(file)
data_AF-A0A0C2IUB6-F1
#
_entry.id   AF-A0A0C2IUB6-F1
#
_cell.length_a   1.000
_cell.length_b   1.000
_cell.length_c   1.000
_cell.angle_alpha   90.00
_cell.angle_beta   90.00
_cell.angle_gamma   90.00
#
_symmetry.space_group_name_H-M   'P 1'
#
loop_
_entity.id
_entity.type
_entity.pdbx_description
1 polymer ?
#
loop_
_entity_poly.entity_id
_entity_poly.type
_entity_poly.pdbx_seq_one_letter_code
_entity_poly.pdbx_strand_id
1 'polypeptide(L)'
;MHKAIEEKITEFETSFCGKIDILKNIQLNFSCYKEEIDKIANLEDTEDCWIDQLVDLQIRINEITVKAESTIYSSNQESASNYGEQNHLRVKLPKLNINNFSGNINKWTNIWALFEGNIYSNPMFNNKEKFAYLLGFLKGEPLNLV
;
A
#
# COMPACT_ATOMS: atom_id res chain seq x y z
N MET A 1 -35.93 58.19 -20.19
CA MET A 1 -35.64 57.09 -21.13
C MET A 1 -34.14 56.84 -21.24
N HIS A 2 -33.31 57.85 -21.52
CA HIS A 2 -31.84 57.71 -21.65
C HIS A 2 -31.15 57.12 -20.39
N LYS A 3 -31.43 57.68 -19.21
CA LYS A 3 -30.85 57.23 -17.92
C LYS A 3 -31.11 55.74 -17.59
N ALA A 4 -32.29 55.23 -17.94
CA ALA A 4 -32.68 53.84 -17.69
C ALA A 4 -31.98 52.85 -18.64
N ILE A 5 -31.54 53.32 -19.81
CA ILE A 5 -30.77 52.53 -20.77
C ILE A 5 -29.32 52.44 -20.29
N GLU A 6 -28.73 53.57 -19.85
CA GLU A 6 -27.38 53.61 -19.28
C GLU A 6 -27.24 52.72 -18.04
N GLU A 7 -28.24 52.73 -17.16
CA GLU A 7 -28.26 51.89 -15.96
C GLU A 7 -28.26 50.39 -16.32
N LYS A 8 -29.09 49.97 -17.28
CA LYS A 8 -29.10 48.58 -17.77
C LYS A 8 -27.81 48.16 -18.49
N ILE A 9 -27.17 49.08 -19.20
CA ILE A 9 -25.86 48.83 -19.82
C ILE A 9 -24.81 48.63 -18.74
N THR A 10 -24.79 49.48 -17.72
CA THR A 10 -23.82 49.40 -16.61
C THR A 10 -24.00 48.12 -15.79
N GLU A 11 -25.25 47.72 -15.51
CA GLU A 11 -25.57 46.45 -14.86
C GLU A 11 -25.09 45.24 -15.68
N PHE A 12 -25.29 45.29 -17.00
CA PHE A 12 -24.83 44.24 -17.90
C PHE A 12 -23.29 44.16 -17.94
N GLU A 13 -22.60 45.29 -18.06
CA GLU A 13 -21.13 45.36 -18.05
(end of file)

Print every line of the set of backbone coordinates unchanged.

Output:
data_AF-A0A0C2IUB6-F1
#
_entry.id   AF-A0A0C2IUB6-F1
#
_cell.length_a   1.000
_cell.length_b   1.000
_cell.length_c   1.000
_cell.angle_alpha   90.00
_cell.angle_beta   90.00
_cell.angle_gamma   90.00
#
_symmetry.space_group_name_H-M   'P 1'
#
loop_
_entity.id
_entity.type
_entity.pdbx_description
1 polymer ?
#
loop_
_entity_poly.entity_id
_entity_poly.type
_entity_poly.pdbx_seq_one_letter_code
_entity_poly.pdbx_strand_id
1 'polypeptide(L)'
;MHKAIEEKITEFETSFCGKIDILKNIQLNFSCYKEEIDKIANLEDTEDCWIDQLVDLQIRINEITVKAESTIYSSNQESASNYGEQNHLRVKLPKLNINNFSGNINKWTNIWALFEGNIYSNPMFNNKEKFAYLLGFLKGEPLNLV
;
A
#
# COMPACT_ATOMS: atom_id res chain seq x y z
N MET A 1 -35.93 58.19 -20.19
CA MET A 1 -35.64 57.09 -21.13
C MET A 1 -34.14 56.84 -21.24
N HIS A 2 -33.31 57.85 -21.52
CA HIS A 2 -31.84 57.71 -21.65
C HIS A 2 -31.15 57.12 -20.39
N LYS A 3 -31.43 57.68 -19.21
CA LYS A 3 -30.85 57.23 -17.92
C LYS A 3 -31.11 55.74 -17.59
N ALA A 4 -32.29 55.23 -17.94
CA ALA A 4 -32.68 53.84 -17.69
C ALA A 4 -31.98 52.85 -18.64
N ILE A 5 -31.54 53.32 -19.81
CA ILE A 5 -30.77 52.53 -20.77
C ILE A 5 -29.32 52.44 -20.29
N GLU A 6 -28.73 53.57 -19.85
CA GLU A 6 -27.38 53.61 -19.28
C GLU A 6 -27.24 52.72 -18.04
N GLU A 7 -28.24 52.73 -17.16
CA GLU A 7 -28.26 51.89 -15.96
C GLU A 7 -28.26 50.39 -16.32
N LYS A 8 -29.09 49.97 -17.28
CA LYS A 8 -29.10 48.58 -17.77
C LYS A 8 -27.81 48.16 -18.49
N ILE A 9 -27.17 49.08 -19.20
CA ILE A 9 -25.86 48.83 -19.82
C ILE A 9 -24.81 48.63 -18.74
N THR A 10 -24.79 49.48 -17.72
CA THR A 10 -23.82 49.40 -16.61
C THR A 10 -24.00 48.12 -15.79
N GLU A 11 -25.25 47.72 -15.51
CA GLU A 11 -25.57 46.45 -14.86
C GLU A 11 -25.09 45.24 -15.68
N PHE A 12 -25.29 45.29 -17.00
CA PHE A 12 -24.83 44.24 -17.90
C PHE A 12 -23.29 44.16 -17.94
N GLU A 13 -22.60 45.29 -18.06
CA GLU A 13 -21.13 45.36 -18.05